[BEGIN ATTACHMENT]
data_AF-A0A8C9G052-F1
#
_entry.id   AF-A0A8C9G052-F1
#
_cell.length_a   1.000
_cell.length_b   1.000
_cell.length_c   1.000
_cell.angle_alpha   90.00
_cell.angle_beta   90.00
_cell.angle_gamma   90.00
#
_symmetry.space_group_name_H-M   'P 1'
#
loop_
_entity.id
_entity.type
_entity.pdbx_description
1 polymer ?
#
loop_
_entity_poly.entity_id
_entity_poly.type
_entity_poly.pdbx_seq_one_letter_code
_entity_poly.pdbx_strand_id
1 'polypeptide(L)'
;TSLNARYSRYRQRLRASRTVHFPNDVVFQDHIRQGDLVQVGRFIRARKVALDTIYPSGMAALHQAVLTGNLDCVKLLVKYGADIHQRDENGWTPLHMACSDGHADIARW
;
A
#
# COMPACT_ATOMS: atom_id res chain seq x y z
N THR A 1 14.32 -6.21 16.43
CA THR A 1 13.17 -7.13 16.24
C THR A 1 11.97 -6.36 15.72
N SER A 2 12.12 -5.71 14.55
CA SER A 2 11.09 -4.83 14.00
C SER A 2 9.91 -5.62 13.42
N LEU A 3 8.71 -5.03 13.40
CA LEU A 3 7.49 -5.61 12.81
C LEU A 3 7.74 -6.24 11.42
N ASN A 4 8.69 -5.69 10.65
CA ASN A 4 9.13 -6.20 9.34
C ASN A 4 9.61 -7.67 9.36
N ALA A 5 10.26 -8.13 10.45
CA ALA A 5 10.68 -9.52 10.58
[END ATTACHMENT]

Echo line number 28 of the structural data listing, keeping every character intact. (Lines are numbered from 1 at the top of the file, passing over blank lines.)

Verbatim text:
A